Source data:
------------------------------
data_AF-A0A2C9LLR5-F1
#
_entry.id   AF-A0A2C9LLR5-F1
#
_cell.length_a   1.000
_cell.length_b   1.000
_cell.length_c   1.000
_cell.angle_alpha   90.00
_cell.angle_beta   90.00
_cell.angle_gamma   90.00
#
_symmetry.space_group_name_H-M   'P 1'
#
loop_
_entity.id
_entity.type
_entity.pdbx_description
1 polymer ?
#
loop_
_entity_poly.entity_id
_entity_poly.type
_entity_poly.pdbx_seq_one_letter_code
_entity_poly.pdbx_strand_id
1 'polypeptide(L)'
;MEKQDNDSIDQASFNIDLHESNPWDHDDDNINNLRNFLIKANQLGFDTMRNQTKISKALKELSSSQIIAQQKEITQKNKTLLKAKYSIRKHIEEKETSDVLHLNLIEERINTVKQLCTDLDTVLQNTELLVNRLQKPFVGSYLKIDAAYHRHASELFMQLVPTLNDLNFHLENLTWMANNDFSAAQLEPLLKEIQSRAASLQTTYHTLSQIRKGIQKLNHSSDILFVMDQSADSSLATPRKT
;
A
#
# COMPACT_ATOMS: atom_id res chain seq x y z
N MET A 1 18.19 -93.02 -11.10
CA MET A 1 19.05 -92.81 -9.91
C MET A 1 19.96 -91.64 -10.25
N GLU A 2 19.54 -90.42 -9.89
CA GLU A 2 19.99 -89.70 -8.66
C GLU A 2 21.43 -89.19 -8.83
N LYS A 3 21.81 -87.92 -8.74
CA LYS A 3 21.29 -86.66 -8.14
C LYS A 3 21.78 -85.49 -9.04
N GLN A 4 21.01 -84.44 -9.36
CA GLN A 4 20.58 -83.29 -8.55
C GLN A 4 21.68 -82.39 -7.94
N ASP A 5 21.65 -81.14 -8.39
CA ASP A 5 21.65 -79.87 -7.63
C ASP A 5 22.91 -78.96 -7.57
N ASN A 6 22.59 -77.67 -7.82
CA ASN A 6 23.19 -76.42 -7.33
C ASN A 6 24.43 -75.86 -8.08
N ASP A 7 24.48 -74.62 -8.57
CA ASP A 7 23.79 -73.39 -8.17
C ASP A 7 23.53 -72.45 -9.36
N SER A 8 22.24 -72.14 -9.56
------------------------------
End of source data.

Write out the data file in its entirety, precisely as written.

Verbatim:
data_AF-A0A2C9LLR5-F1
#
_entry.id   AF-A0A2C9LLR5-F1
#
_cell.length_a   1.000
_cell.length_b   1.000
_cell.length_c   1.000
_cell.angle_alpha   90.00
_cell.angle_beta   90.00
_cell.angle_gamma   90.00
#
_symmetry.space_group_name_H-M   'P 1'
#
loop_
_entity.id
_entity.type
_entity.pdbx_description
1 polymer ?
#
loop_
_entity_poly.entity_id
_entity_poly.type
_entity_poly.pdbx_seq_one_letter_code
_entity_poly.pdbx_strand_id
1 'polypeptide(L)'
;MEKQDNDSIDQASFNIDLHESNPWDHDDDNINNLRNFLIKANQLGFDTMRNQTKISKALKELSSSQIIAQQKEITQKNKTLLKAKYSIRKHIEEKETSDVLHLNLIEERINTVKQLCTDLDTVLQNTELLVNRLQKPFVGSYLKIDAAYHRHASELFMQLVPTLNDLNFHLENLTWMANNDFSAAQLEPLLKEIQSRAASLQTTYHTLSQIRKGIQKLNHSSDILFVMDQSADSSLATPRKT
;
A
#
# COMPACT_ATOMS: atom_id res chain seq x y z
N MET A 1 18.19 -93.02 -11.10
CA MET A 1 19.05 -92.81 -9.91
C MET A 1 19.96 -91.64 -10.25
N GLU A 2 19.54 -90.42 -9.89
CA GLU A 2 19.99 -89.70 -8.66
C GLU A 2 21.43 -89.19 -8.83
N LYS A 3 21.81 -87.92 -8.74
CA LYS A 3 21.29 -86.66 -8.14
C LYS A 3 21.78 -85.49 -9.04
N GLN A 4 21.01 -84.44 -9.36
CA GLN A 4 20.58 -83.29 -8.55
C GLN A 4 21.68 -82.39 -7.94
N ASP A 5 21.65 -81.14 -8.39
CA ASP A 5 21.65 -79.87 -7.63
C ASP A 5 22.91 -78.96 -7.57
N ASN A 6 22.59 -77.67 -7.82
CA ASN A 6 23.19 -76.42 -7.33
C ASN A 6 24.43 -75.86 -8.08
N ASP A 7 24.48 -74.62 -8.57
CA ASP A 7 23.79 -73.39 -8.17
C ASP A 7 23.53 -72.45 -9.36
N SER A 8 22.24 -72.14 -9.56